Success is often about timing. Whether departing to migrate or settling down to hibernate, animals are in tune with the seasons to be certain that they don't misjudge when to embark on essential life experiences. And coordinating the arrival of their next litter is equally critical. ‘To ensure the survival of mothers and juveniles, many species restrict sexual activity to a limited time window, which leads to synchronization of births when environmental conditions are most favorable’, says Matthieu Keller from the CNRS – INRAE Université de Tours, France. And many small creatures effectively put their gonads on ice, to conserve energy until spring, when the days begin growing longer. Knowing that two neurotransmitters – kisspeptin and RF-amide-related peptide 3 (RFRP3), produced in the brain – play a key role in triggering the seasonal growth of many animals’ gonads ready for breeding at the right time of year, Keller and his colleagues went in search of male European water voles (Arvicola amphibius) to find out whether their testes and scent glands flourish as the days grown longer and whether the regrowth of their gonads is coordinated by the two neurotransmitters.

Although trapping the voles wasn't technically challenging – ‘you just have to dig and place the trap’, says Kévin Poissenot (INRAE – CNRS Université de Tours) – locating the animals’ burrows with Chantal Moussu (INRAE – CNRS Université de Tours) was tricky, and braving the harsh mountain winters where the voles reside, 25 km from Clermond-Ferrand, France, took some courage. Together, over the 17 months from February 2019 to May 2020, the pair visited the voles, collecting males to find out how the size of their testicles varied.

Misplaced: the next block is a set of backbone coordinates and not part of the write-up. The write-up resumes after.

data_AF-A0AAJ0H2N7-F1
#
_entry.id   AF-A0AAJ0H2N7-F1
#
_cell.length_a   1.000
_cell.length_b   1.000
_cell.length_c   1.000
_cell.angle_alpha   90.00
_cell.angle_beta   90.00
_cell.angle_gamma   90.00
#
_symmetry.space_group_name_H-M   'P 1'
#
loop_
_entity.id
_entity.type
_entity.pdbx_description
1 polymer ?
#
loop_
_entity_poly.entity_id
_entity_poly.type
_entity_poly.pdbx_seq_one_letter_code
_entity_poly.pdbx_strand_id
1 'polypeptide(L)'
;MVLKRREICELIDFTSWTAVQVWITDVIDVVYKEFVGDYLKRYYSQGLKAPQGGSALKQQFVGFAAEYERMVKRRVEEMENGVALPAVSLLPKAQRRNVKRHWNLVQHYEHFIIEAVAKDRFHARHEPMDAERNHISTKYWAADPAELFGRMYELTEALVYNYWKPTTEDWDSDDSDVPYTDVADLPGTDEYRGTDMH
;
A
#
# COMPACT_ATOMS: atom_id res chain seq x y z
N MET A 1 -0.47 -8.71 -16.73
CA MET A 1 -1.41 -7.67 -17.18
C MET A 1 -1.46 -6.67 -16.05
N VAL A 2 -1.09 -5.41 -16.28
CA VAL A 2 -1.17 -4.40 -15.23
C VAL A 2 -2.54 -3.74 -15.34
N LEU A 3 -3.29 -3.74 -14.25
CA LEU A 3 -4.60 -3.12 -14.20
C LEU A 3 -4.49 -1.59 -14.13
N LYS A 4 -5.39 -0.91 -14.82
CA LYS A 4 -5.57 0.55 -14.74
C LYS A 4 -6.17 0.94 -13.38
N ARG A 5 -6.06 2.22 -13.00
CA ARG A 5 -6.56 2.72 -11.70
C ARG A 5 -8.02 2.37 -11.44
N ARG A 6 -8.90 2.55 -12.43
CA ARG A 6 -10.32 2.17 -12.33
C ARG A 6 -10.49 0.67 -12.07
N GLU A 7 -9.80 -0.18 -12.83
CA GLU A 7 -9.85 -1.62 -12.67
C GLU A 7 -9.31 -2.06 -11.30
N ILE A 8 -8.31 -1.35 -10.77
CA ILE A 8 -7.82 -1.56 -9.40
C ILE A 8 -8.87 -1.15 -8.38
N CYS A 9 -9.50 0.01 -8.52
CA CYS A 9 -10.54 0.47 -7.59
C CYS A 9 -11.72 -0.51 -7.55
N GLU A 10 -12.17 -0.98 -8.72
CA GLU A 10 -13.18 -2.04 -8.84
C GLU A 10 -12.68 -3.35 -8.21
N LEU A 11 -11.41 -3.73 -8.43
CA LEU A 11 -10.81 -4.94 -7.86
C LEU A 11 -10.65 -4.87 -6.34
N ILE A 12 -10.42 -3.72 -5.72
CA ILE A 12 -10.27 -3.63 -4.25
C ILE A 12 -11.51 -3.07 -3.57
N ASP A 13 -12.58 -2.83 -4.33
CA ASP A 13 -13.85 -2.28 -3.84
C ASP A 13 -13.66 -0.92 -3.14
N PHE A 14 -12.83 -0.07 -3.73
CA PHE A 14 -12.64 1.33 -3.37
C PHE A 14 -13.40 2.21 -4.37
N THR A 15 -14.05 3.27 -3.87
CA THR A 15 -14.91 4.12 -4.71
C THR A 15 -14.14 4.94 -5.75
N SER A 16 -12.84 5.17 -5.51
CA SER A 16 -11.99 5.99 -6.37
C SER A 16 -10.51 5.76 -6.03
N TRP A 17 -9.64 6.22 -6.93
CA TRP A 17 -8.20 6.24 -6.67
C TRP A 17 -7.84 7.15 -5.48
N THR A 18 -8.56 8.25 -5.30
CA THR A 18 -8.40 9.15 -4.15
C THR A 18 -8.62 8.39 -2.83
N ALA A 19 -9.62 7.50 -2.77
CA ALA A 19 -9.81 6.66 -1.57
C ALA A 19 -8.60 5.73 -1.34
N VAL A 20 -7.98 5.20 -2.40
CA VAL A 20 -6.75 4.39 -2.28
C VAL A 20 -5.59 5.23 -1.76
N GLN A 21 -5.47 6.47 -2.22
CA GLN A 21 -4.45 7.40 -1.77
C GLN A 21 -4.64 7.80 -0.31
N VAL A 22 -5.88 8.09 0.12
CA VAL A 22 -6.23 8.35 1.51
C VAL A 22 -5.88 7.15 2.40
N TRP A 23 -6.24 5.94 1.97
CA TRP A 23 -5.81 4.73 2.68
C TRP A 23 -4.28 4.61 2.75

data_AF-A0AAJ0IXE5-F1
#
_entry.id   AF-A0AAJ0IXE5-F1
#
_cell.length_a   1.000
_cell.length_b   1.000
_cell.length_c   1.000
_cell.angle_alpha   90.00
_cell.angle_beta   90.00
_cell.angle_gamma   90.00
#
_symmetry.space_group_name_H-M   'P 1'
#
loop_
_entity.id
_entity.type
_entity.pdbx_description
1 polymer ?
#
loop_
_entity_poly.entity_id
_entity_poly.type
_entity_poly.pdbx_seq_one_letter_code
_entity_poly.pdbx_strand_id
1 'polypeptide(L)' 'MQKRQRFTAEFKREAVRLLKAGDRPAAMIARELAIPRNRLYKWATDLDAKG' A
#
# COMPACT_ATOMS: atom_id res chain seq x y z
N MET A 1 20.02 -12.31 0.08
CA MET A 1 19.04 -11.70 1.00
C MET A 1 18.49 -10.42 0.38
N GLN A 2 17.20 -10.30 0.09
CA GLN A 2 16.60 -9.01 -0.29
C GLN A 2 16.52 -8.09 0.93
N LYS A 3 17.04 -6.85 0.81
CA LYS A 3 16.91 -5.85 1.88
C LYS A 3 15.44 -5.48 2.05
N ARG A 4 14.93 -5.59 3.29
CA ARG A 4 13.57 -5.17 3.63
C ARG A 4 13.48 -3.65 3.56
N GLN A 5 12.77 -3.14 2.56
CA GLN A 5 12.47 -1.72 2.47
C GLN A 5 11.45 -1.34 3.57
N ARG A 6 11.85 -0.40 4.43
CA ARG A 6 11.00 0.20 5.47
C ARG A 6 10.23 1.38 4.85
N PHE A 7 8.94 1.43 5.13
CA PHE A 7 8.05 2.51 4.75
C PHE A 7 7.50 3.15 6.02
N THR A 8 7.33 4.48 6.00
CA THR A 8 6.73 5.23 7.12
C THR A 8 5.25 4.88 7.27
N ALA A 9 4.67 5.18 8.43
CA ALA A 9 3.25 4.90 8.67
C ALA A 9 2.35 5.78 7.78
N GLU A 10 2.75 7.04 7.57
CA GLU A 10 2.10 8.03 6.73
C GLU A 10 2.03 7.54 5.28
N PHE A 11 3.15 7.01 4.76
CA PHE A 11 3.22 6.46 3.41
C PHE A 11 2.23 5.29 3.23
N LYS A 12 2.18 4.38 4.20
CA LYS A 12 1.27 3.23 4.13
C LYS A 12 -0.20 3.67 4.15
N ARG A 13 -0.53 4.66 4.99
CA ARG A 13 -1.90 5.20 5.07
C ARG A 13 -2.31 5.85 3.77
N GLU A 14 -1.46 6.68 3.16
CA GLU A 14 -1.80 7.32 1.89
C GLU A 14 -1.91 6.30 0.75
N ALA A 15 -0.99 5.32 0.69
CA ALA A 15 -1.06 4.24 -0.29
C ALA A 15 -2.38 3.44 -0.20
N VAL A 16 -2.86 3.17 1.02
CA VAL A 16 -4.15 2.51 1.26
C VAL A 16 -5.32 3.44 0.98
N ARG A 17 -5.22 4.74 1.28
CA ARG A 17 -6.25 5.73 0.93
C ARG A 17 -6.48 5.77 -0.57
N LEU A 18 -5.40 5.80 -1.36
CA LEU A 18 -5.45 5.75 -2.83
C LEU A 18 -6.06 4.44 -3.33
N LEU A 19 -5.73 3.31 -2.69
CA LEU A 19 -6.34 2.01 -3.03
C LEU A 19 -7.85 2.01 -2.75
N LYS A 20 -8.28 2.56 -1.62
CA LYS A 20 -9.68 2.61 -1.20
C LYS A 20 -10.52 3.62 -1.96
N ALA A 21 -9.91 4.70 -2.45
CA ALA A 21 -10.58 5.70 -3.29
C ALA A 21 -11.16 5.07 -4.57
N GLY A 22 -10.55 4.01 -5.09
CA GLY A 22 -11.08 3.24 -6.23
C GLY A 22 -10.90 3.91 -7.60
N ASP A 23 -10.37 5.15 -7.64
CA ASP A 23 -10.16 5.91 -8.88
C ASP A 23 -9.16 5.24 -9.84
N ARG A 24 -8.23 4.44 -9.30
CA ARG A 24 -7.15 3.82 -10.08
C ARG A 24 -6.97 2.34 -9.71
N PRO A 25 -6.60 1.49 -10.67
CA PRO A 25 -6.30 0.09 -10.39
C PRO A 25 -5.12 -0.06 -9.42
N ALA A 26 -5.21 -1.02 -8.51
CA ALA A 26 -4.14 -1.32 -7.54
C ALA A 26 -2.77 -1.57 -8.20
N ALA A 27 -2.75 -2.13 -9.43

Over the seasons, the water voles’ testes increased in size from 0.06% of body mass (February) to almost 0.4% body mass in June – that's a 6-fold increase – before withering again during the late summer and autumn. In addition, the voles’ scent glands developed in the late winter and spring before shrivelling in late summer and autumn. The team also checked the pituitary, the region of the brain that produces hormones that might coordinate preparations for the breeding season, and found that it too grew, reaching its largest in April before dwindling to its smallest in November. In addition, Poissenot analysed the water voles’ hypothalamuses, which produce many key hormones, and found that the production of kisspeptin – a key signalling molecule that stimulates reproductive function – fluctuated over the year, peaking in February and November, while cells producing the RFRP3 signalling molecule only appeared in the voles’ brains between June and September.

But what was driving the males’ dramatic seasonal transformation? After collecting adult males in December 2020, the team transported them back to the lab, providing some animals with 8 h per day of light, to simulate winter, while others were fast-tracked directly to long summer days (16 h per day of light). After 7 weeks, the team checked the testes of the water voles basking in long summer days, and they were almost twice the size (0.44% body mass) of their counterparts that were stuck back in winter (0.26% body mass).

It seems that seasonal changes in day length are the key to driving the physical changes undergone by male water voles in preparation for the breeding season, although the team is a little puzzled by the apparent decline in the kisspeptin neurotransmitter at the time when the voles might need more. However, they suggest that kisspeptin could accumulate in the brain over winter – when it isn't released – ready to spring into action, triggering the regrowth of the males’ testes when the sun returns.

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and
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(
2021
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Photoperiod is involved in the regulation of seasonal breeding in male water voles (Arvicola terrestris)
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J. Exp. Biol.
224
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jeb242792
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